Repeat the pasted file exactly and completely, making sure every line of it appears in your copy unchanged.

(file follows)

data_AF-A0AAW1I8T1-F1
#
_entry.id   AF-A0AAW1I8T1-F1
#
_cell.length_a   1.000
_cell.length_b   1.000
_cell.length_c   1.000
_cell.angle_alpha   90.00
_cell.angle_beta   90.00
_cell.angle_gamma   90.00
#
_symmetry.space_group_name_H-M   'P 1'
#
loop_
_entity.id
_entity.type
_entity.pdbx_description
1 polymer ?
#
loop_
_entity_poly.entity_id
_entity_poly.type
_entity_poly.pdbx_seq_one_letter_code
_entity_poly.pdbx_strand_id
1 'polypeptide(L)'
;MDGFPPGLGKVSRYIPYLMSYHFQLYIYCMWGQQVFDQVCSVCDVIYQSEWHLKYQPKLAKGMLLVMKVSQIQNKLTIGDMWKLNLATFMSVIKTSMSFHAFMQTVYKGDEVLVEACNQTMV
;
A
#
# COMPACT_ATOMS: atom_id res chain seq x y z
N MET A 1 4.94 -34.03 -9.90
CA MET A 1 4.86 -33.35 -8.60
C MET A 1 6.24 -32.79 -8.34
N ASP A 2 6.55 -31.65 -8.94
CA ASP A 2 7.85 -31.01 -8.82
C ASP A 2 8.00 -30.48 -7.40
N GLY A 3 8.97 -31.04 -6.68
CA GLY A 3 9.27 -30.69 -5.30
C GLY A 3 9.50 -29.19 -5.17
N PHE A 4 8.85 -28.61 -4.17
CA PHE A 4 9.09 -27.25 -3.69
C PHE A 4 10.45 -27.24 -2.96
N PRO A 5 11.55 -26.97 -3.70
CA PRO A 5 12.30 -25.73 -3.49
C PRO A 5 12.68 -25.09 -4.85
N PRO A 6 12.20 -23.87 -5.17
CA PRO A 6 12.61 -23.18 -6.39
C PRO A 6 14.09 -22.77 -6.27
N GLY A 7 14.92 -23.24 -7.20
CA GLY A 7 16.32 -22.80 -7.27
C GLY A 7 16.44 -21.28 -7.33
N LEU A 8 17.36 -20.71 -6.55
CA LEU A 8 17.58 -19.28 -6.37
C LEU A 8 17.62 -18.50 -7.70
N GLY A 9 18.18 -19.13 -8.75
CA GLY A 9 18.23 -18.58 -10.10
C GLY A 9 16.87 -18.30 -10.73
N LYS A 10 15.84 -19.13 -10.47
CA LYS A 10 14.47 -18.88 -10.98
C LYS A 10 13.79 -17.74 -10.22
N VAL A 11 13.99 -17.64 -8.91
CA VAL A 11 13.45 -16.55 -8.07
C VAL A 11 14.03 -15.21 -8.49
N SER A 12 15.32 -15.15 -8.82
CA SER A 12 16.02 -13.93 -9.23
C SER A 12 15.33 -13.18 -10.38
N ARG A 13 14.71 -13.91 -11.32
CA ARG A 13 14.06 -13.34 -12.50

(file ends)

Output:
data_AF-A0AAW1I8T1-F1
#
_entry.id   AF-A0AAW1I8T1-F1
#
_cell.length_a   1.000
_cell.length_b   1.000
_cell.length_c   1.000
_cell.angle_alpha   90.00
_cell.angle_beta   90.00
_cell.angle_gamma   90.00
#
_symmetry.space_group_name_H-M   'P 1'
#
loop_
_entity.id
_entity.type
_entity.pdbx_description
1 polymer ?
#
loop_
_entity_poly.entity_id
_entity_poly.type
_entity_poly.pdbx_seq_one_letter_code
_entity_poly.pdbx_strand_id
1 'polypeptide(L)'
;MDGFPPGLGKVSRYIPYLMSYHFQLYIYCMWGQQVFDQVCSVCDVIYQSEWHLKYQPKLAKGMLLVMKVSQIQNKLTIGDMWKLNLATFMSVIKTSMSFHAFMQTVYKGDEVLVEACNQTMV
;
A
#
# COMPACT_ATOMS: atom_id res chain seq x y z
N MET A 1 4.94 -34.03 -9.90
CA MET A 1 4.86 -33.35 -8.60
C MET A 1 6.24 -32.79 -8.34
N ASP A 2 6.55 -31.65 -8.94
CA ASP A 2 7.85 -31.01 -8.82
C ASP A 2 8.00 -30.48 -7.40
N GLY A 3 8.97 -31.04 -6.68
CA GLY A 3 9.27 -30.69 -5.30
C GLY A 3 9.50 -29.19 -5.17
N PHE A 4 8.85 -28.61 -4.17
CA PHE A 4 9.09 -27.25 -3.69
C PHE A 4 10.45 -27.24 -2.96
N PRO A 5 11.55 -26.97 -3.70
CA PRO A 5 12.30 -25.73 -3.49
C PRO A 5 12.68 -25.09 -4.85
N PRO A 6 12.20 -23.87 -5.17
CA PRO A 6 12.61 -23.18 -6.39
C PRO A 6 14.09 -22.77 -6.27
N GLY A 7 14.92 -23.24 -7.20
CA GLY A 7 16.32 -22.80 -7.27
C GLY A 7 16.44 -21.28 -7.33
N LEU A 8 17.36 -20.71 -6.55
CA LEU A 8 17.58 -19.28 -6.37
C LEU A 8 17.62 -18.50 -7.70
N GLY A 9 18.18 -19.13 -8.75
CA GLY A 9 18.23 -18.58 -10.10
C GLY A 9 16.87 -18.30 -10.73
N LYS A 10 15.84 -19.13 -10.47
CA LYS A 10 14.47 -18.88 -10.98
C LYS A 10 13.79 -17.74 -10.22
N VAL A 11 13.99 -17.64 -8.91
CA VAL A 11 13.45 -16.55 -8.07
C VAL A 11 14.03 -15.21 -8.49
N SER A 12 15.32 -15.15 -8.82
CA SER A 12 16.02 -13.93 -9.23
C SER A 12 15.33 -13.18 -10.38
N ARG A 13 14.71 -13.91 -11.32
CA ARG A 13 14.06 -13.34 -12.50